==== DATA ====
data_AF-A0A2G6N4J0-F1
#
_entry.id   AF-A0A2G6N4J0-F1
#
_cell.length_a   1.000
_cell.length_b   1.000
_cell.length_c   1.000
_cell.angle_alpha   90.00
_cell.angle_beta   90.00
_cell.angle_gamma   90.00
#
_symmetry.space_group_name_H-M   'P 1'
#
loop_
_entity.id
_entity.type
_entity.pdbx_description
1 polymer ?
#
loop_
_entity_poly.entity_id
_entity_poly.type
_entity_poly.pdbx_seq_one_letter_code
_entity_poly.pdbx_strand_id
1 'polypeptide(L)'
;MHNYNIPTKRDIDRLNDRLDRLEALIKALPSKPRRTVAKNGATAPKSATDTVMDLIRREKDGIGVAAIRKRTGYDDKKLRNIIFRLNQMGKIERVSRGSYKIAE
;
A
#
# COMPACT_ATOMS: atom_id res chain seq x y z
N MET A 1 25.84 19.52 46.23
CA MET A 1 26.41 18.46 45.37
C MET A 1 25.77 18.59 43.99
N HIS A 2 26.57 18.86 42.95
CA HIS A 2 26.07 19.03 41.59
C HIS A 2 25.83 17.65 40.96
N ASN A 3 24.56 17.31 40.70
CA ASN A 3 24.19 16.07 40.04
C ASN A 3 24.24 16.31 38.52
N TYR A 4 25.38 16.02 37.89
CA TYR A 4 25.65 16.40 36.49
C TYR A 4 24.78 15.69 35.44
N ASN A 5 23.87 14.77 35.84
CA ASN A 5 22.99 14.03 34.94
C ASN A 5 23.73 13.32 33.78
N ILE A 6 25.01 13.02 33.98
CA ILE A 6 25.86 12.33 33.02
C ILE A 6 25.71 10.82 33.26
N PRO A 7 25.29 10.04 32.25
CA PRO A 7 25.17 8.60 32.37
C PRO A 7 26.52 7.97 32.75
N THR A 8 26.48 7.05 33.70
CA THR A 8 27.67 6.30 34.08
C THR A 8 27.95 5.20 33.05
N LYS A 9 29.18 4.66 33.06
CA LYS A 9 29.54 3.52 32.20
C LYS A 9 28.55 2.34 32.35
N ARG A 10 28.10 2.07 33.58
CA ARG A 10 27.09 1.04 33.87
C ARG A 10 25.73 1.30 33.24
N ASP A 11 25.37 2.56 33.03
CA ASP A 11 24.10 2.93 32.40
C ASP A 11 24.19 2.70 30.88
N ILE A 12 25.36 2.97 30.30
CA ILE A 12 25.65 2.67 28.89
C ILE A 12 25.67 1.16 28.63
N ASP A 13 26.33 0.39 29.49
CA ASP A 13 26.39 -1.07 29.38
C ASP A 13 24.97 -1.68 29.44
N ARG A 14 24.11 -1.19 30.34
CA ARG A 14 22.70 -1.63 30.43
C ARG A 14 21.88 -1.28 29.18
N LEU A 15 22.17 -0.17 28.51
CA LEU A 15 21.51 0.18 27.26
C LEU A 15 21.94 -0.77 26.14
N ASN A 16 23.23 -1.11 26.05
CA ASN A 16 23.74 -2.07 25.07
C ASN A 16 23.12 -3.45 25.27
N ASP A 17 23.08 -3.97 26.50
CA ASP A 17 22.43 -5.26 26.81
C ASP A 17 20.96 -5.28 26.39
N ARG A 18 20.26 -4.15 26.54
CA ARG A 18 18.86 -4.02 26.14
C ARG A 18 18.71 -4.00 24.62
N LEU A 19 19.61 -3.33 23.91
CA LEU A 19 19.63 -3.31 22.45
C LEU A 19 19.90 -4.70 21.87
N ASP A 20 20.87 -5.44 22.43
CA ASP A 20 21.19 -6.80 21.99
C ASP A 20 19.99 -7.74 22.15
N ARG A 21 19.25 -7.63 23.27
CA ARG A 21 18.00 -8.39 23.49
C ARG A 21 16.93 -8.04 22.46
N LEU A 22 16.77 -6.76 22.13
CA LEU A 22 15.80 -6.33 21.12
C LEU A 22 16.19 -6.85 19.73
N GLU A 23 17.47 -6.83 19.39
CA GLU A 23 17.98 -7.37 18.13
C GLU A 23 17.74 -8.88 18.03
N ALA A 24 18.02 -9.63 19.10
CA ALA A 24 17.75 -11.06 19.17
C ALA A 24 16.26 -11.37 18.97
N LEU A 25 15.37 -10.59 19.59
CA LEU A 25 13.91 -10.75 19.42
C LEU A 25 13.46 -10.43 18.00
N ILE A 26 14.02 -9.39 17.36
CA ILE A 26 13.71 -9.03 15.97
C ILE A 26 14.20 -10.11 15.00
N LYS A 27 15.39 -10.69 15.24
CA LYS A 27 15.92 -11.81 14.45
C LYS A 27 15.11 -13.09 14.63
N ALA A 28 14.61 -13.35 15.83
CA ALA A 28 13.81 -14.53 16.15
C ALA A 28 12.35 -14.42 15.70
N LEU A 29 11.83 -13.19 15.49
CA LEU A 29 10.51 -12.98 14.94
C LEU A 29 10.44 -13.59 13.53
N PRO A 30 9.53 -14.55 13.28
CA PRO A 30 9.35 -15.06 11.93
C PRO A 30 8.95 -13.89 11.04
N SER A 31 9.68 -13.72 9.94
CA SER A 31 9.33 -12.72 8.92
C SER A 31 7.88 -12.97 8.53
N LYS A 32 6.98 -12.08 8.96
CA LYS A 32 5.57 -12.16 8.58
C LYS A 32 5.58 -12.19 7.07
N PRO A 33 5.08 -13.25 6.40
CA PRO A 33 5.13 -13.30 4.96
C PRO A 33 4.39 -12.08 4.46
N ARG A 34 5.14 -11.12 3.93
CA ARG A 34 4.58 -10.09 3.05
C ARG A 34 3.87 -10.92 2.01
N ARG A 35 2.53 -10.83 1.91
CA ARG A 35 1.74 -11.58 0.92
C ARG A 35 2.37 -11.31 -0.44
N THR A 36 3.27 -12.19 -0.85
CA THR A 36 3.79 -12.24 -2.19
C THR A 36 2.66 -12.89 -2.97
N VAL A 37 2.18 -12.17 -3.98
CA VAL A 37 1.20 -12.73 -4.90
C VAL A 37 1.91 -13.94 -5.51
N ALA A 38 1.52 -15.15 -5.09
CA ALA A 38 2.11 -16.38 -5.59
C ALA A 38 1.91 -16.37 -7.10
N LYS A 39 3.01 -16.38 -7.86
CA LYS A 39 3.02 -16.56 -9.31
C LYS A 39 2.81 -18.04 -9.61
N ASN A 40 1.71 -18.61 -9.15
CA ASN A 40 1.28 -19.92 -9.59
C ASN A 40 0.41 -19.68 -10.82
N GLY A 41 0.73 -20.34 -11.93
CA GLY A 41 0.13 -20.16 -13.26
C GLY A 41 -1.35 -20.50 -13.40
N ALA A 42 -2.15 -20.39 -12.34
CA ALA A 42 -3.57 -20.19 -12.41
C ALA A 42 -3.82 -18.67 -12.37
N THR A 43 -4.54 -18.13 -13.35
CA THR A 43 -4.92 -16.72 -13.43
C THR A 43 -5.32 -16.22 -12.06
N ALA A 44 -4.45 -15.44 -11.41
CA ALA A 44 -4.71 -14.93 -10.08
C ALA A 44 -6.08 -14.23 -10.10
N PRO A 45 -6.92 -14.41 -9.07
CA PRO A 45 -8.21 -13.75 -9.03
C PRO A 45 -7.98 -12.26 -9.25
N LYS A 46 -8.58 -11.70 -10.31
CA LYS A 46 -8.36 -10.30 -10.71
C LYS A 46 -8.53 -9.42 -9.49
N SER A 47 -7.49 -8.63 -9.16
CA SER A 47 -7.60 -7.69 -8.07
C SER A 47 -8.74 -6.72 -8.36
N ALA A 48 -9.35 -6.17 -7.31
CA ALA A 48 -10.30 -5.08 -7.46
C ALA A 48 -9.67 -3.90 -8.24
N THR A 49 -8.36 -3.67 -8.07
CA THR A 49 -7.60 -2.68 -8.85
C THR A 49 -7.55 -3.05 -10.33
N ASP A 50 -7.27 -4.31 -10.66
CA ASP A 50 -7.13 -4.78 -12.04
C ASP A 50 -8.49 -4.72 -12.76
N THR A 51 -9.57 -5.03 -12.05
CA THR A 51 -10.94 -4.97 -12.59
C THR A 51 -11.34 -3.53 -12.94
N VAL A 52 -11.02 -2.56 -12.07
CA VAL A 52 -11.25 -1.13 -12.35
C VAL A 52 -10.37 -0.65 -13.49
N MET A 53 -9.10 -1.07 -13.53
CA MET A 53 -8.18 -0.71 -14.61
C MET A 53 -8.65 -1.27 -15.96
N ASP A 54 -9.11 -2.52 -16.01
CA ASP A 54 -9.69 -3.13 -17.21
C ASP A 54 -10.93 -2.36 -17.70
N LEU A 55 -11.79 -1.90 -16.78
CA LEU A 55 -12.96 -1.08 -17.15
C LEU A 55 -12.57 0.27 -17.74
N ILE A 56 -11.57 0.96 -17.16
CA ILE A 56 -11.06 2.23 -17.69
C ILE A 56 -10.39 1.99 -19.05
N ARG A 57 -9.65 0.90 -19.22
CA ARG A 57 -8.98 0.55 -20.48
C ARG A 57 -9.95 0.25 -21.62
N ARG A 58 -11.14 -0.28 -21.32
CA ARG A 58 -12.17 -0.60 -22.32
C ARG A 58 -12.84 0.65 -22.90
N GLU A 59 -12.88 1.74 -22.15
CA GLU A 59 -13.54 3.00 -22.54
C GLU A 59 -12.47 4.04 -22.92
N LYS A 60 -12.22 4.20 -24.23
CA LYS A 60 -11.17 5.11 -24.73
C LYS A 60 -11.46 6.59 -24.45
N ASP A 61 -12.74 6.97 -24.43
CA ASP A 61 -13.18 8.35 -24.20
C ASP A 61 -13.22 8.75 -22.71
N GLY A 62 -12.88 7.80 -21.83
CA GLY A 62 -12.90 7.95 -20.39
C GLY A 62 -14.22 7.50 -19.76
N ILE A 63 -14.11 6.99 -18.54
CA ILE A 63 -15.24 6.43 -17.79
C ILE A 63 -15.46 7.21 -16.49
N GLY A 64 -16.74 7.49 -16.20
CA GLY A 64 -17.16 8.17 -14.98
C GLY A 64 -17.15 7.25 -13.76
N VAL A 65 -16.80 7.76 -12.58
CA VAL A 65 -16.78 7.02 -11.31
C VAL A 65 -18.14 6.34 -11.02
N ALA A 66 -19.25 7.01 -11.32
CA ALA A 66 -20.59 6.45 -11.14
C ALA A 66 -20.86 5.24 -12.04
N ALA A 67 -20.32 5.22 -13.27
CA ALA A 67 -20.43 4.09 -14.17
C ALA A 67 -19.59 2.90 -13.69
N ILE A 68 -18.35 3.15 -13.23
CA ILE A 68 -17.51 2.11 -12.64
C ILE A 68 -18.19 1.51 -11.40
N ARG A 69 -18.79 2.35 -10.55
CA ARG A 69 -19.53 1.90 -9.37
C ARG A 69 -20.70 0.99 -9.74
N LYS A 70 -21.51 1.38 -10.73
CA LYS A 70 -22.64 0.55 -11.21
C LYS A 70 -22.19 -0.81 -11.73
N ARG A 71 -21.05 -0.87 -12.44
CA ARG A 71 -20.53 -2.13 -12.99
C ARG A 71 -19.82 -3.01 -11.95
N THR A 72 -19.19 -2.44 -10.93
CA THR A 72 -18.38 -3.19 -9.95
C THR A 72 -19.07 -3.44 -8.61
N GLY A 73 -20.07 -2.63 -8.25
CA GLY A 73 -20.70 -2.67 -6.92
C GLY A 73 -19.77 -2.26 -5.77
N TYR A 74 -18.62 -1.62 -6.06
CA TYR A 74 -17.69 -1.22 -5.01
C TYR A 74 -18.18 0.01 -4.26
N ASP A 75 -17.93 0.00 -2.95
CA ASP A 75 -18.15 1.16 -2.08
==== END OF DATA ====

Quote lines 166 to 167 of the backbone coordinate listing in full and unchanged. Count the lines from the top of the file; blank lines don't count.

N LYS A 46 -8.58 -11.70 -10.31
CA LYS A 46 -8.36 -10.30 -10.71